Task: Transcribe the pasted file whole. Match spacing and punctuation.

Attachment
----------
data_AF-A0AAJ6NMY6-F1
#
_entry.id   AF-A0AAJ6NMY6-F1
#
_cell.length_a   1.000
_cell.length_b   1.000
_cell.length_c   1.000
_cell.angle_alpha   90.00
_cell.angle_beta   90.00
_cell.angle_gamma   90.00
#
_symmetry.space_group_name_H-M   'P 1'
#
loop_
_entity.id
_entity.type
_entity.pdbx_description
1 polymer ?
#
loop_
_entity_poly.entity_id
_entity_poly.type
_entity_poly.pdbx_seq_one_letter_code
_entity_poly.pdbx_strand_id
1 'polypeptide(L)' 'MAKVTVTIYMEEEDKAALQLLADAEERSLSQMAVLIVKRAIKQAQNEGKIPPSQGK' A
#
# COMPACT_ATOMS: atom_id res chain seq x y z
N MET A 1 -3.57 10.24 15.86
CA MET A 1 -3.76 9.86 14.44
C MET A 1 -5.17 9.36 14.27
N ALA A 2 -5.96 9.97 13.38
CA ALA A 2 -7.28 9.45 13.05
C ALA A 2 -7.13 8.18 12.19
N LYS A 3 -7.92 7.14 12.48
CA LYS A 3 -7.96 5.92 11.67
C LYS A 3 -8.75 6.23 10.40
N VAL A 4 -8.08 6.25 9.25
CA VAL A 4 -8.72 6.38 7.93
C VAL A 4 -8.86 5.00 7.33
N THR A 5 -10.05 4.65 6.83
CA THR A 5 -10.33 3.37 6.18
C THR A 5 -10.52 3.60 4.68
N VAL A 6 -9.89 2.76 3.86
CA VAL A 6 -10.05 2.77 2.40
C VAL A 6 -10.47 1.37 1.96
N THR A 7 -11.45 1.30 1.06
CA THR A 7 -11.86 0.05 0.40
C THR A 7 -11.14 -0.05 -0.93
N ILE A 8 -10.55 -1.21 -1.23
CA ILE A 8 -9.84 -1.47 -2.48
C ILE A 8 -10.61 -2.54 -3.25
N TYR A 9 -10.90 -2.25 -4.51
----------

data_AF-A0AAJ6NMY6-F1
#
_entry.id   AF-A0AAJ6NMY6-F1
#
_cell.length_a   1.000
_cell.length_b   1.000
_cell.length_c   1.000
_cell.angle_alpha   90.00
_cell.angle_beta   90.00
_cell.angle_gamma   90.00
#
_symmetry.space_group_name_H-M   'P 1'
#
loop_
_entity.id
_entity.type
_entity.pdbx_description
1 polymer ?
#
loop_
_entity_poly.entity_id
_entity_poly.type
_entity_poly.pdbx_seq_one_letter_code
_entity_poly.pdbx_strand_id
1 'polypeptide(L)' 'MAKVTVTIYMEEEDKAALQLLADAEERSLSQMAVLIVKRAIKQAQNEGKIPPSQGK' A
#
# COMPACT_ATOMS: atom_id res chain seq x y z
N MET A 1 -3.57 10.24 15.86
CA MET A 1 -3.76 9.86 14.44
C MET A 1 -5.17 9.36 14.27
N ALA A 2 -5.96 9.97 13.38
CA ALA A 2 -7.28 9.45 13.05
C ALA A 2 -7.13 8.18 12.19
N LYS A 3 -7.92 7.14 12.48
CA LYS A 3 -7.96 5.92 11.67
C LYS A 3 -8.75 6.23 10.40
N VAL A 4 -8.08 6.25 9.25
CA VAL A 4 -8.72 6.38 7.93
C VAL A 4 -8.86 5.00 7.33
N THR A 5 -10.05 4.65 6.83
CA THR A 5 -10.33 3.37 6.18
C THR A 5 -10.52 3.60 4.68
N VAL A 6 -9.89 2.76 3.86
CA VAL A 6 -10.05 2.77 2.40
C VAL A 6 -10.47 1.37 1.96
N THR A 7 -11.45 1.30 1.06
CA THR A 7 -11.86 0.05 0.40
C THR A 7 -11.14 -0.05 -0.93
N ILE A 8 -10.55 -1.21 -1.23
CA ILE A 8 -9.84 -1.47 -2.48
C ILE A 8 -10.61 -2.54 -3.25
N TYR A 9 -10.90 -2.25 -4.51